As with many children's teachers in Japan, I am in a situation where I work at a private language school. In this situation, my students come to class only once a week for a one hour lesson. As we all well know, we would like for our students to have more opportunities to be exposed to English. However, this is the reality of our teaching situation. In this situation it can be very difficult for students to have opportunities to see the language that they are, or have studied in class in context. Having a children's reading program is one very good way of helping to overcome this obstacle. In this situation, a reading program can be particularly advantageous when much of the language you study in class is contained within the reader that you use. Idealistically, it's great to have a reader that directly complements students' course books or study. The added benefits of this are that not only does this give students the opportunity to view language in context, but also acts as a great method of review of language studied previously, keeping the language fresh in students' minds and also helps to reinforce language that students are either currently studying, or have studied at some time in the past. This also helps our students to absorb the language that they are, or have studied, at a deeper level.

Building confidence and motivation in students:
We have quite a comprehensive phonics program at our school. Phonics is the kind of thing that can often take some time to put all the little building blocks into place before the bigger picture can be clearly seen. With our particular program, we have our students learn their phonics and then they start our reading program. A very big light bulb seems to be switched on when our students discover that they can actually read! This seems to add a certain element of tangibility to all the hard effort and study that they have been doing up to that point. We find that students get a real kick out of this very obvious realisation of improvement, progress and accomplishment and it does wonders for their motivation and general positive attitude toward English, studying English and what English can do for them.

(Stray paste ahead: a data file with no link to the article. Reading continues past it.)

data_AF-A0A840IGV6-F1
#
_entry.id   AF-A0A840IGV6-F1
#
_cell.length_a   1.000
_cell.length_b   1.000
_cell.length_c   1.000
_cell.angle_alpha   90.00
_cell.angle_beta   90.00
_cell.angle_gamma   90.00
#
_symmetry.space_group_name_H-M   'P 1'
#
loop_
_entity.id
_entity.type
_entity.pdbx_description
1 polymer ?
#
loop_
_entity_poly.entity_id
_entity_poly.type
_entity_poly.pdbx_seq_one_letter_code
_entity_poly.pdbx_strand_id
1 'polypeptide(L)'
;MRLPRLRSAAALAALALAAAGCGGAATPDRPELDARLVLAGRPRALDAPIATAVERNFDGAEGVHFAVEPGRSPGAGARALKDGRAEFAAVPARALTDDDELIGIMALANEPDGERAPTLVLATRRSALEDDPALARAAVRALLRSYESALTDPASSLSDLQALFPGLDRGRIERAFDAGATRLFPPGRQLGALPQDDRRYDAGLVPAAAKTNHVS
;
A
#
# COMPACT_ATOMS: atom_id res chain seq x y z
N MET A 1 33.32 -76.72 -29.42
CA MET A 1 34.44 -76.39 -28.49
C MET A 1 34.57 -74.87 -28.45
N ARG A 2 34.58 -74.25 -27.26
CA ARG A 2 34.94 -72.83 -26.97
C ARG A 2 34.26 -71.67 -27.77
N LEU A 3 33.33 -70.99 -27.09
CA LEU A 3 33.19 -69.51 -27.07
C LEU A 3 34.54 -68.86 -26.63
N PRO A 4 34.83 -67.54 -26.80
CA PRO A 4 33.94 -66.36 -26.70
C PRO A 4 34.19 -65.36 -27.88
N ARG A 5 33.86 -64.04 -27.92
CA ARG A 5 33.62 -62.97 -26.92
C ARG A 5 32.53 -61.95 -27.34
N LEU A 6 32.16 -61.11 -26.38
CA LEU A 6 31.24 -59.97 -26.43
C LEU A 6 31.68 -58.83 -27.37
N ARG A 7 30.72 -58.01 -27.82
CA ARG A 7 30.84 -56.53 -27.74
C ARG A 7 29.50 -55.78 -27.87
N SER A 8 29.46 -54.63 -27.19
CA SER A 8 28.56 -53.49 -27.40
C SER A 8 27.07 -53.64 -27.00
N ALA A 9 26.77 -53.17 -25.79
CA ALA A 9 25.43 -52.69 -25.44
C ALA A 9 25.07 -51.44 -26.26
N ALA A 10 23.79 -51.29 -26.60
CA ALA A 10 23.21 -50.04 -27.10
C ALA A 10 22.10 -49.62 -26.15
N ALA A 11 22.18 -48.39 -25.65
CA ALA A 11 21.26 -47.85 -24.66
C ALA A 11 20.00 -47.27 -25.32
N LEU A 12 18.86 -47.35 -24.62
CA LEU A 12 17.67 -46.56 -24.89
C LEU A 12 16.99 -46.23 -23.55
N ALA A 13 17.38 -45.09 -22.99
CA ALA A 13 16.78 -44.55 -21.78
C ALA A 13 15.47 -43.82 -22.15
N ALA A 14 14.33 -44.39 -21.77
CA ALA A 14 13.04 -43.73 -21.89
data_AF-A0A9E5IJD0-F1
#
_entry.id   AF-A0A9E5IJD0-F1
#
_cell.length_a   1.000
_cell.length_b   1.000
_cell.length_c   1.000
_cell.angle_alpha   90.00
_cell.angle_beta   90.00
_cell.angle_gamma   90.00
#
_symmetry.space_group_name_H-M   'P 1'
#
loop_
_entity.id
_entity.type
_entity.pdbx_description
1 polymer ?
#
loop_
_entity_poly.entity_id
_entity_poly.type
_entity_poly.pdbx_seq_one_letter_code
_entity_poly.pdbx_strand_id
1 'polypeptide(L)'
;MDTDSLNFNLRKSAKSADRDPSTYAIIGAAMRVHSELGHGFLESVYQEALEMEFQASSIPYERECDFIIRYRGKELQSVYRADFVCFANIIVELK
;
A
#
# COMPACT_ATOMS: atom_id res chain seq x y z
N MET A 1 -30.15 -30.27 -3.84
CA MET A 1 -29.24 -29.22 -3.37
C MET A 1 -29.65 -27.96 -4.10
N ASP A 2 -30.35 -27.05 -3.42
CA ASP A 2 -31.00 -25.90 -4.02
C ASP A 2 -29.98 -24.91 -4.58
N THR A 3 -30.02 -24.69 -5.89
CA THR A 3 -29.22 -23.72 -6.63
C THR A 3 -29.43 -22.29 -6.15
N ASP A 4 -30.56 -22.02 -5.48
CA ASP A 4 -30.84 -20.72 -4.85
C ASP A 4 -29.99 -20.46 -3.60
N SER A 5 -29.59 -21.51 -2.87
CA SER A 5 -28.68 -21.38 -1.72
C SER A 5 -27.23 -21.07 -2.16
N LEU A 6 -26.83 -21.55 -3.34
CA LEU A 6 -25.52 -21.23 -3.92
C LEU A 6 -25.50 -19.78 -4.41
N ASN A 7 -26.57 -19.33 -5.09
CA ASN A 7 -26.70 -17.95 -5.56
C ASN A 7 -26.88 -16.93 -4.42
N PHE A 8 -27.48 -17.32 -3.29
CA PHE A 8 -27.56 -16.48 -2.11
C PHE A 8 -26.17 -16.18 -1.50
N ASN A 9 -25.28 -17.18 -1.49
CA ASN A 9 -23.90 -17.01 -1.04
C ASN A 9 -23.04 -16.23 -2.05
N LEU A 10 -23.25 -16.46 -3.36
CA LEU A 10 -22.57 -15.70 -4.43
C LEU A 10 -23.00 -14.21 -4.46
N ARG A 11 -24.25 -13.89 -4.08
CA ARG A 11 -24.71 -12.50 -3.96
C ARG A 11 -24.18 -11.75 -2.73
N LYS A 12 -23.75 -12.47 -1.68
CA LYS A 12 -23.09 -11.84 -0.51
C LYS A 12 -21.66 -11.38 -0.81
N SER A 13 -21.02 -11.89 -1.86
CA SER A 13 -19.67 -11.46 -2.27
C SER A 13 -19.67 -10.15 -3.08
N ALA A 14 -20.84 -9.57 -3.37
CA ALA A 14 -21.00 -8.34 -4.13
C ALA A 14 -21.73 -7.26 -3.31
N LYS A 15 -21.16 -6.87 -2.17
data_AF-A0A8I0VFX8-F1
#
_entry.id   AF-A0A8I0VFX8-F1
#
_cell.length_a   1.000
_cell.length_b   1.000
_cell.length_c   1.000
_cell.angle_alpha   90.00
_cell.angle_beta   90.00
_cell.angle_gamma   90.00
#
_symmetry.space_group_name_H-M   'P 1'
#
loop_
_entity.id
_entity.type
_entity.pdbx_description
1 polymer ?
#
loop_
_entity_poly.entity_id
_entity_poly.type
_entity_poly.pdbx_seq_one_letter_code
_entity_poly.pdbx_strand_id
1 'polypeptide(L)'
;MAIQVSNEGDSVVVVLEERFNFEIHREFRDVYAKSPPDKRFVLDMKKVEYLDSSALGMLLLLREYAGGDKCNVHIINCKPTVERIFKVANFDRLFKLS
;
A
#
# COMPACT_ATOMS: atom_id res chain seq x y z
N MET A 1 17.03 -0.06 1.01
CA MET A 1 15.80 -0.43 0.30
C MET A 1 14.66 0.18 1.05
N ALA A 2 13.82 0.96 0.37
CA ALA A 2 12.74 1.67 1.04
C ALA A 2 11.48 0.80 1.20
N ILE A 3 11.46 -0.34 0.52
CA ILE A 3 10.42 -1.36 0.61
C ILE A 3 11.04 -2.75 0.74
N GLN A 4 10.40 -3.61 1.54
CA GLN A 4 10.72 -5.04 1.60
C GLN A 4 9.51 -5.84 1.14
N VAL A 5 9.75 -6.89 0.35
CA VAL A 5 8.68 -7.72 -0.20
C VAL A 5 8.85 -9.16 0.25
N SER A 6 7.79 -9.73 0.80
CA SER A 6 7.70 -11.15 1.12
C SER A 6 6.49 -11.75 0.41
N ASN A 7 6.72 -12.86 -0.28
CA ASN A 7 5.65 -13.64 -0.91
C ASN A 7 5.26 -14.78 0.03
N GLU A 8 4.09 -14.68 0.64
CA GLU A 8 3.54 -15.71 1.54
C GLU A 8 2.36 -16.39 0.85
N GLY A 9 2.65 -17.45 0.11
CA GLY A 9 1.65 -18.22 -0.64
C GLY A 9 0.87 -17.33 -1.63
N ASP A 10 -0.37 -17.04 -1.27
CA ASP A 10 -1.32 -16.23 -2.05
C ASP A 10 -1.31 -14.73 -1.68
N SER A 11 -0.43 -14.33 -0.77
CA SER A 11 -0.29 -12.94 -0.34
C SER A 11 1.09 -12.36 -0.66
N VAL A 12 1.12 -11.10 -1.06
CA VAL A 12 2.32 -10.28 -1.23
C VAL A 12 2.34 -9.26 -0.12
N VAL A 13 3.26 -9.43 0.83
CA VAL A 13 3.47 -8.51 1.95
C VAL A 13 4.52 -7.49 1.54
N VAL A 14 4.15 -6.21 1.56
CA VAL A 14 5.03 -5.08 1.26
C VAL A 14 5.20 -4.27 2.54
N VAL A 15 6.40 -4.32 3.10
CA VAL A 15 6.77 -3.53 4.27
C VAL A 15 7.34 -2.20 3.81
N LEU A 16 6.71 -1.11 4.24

Increasing students' exposure to English outside the classroom:
As I touched on a little in an earlier point, our students don't have nearly enough exposure to English between their weekly classes with us. This is one of the great challenges for us as Children's English teachers in Japan. Again having a reading program for students allows them to come into contact with English more often when out of the classroom.

Benefits to Schools:
Schools also benefit greatly from having a children's reading program. This can be particularly applicable to the smaller private English schools in Japan. Here are some of the main advantages for schools.

Showing parents very tangible evidence of improvement & increased student retention rates: